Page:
You are here

Why health matters

May 13,2017 - Last updated at May 13,2017

Ensuring healthy lives and promoting wellbeing for all at all ages is important to building prosperous societies, since healthy people are the foundation of healthy economies.

However, this remains a challenge and requires a strong commitment.

Despite great strides by the UN in improving people’s health and wellbeing in recent years, inequalities in health care access still persist.

More than six million children still die before their fifth birthday each year, and only half of all women in developing regions have access to the health care they need.

In 2015, the UN has put out the 2030 Agenda for Sustainable Development, which is a plan of action for people, planet and prosperity.

It was endorsed by all UN member states in September 2015 in order to achieve sustainable economic, social and environmental development.

The 2030 Agenda includes 17 Sustainable Development Goals (SDGs), the third goal of which (SDG 3) is “Good health and wellbeing”.

SDG 3 seeks to ensure health and wellbeing for all, at every stage of life. It addresses all major health priorities, including reproductive, maternal and child health; communicable, non-communicable and environmental diseases; universal health coverage; and access for all to safe, effective, quality and affordable medicines and vaccines.

It also calls for more research and development, increased health financing and strengthened capacity of all countries in health risk reduction and management.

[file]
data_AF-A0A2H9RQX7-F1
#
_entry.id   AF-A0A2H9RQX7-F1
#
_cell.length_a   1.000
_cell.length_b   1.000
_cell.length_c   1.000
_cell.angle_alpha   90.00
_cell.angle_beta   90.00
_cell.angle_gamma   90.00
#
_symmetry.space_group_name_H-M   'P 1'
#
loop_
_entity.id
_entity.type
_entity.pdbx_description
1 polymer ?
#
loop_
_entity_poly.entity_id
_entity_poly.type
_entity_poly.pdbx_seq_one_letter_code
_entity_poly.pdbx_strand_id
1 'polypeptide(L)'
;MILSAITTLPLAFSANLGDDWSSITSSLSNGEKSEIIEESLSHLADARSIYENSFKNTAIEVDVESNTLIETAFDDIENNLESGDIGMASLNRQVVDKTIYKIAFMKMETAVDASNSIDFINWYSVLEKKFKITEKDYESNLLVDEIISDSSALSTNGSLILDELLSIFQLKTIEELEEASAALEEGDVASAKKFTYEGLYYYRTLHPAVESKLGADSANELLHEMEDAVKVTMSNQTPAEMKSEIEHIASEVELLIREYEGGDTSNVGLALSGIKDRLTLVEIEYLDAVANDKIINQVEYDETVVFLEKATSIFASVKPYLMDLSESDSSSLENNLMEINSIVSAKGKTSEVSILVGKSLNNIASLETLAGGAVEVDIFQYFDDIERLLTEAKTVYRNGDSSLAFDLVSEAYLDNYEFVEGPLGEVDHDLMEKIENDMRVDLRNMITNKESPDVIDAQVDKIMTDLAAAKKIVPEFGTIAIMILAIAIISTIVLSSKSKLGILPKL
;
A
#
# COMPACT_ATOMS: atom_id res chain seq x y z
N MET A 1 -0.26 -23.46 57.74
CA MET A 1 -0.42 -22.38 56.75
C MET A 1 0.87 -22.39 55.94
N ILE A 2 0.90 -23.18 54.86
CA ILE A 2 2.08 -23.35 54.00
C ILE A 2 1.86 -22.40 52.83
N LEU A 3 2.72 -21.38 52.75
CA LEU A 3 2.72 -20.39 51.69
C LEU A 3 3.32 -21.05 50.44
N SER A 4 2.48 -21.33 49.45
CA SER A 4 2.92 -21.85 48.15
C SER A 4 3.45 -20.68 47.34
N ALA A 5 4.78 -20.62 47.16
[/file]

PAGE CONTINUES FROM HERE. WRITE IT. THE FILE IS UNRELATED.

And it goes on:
Among the targets to achieve under SDG 3 by 2030 are: reducing global maternal mortality ratio to less than 70 per 100,000 live births; ending preventable deaths of newborns and children under 5 years of age; ending the epidemics of AIDS, tuberculosis, malaria and other tropical diseases; reducing by one third premature mortality from non-communicable diseases through prevention and treatment; halving the number of global deaths and injuries from road traffic accidents; strengthening the prevention and treatment of substance abuse, including narcotic drug abuse and harmful use of alcohol.

Ensuring healthy lives for all requires a strong commitment, but the benefits outweigh the cost. 

For example, if we spend $1 billion in expanding immunisation coverage against influenza, pneumonia and other preventable diseases, we could save 1 million children’s lives each year.

In the past decade, improvements in health and heath care led to a 24 per cent increase in income growth in some of the poorest countries.

According to the UN, major progress has been made in several areas, including in child and maternal health as well as in addressing HIV/AIDS, malaria and other diseases.

Maternal mortality has fallen by almost 50 per cent since 1990; measles vaccines have averted nearly 15.6 million deaths since 2000; and 13.6 million people had access to antiretroviral therapy by the end of 2014.

We may have come a long way, but we still have a longer way to go.

Real progress means achieving universal health coverage; making essential medicines and vaccines affordable; ensuring that women have full access to sexual and reproductive health care; and ending all preventable deaths of children.



The writer is the national information officer at the UN Information Centre in Beirut. She contributed this article to The Jordan Times.

44 users have voted.

Add new comment

This question is for testing whether or not you are a human visitor and to prevent automated spam submissions.
2 + 13 =
Solve this simple math problem and enter the result. E.g. for 1+3, enter 4.


Get top stories and blog posts emailed to you each day.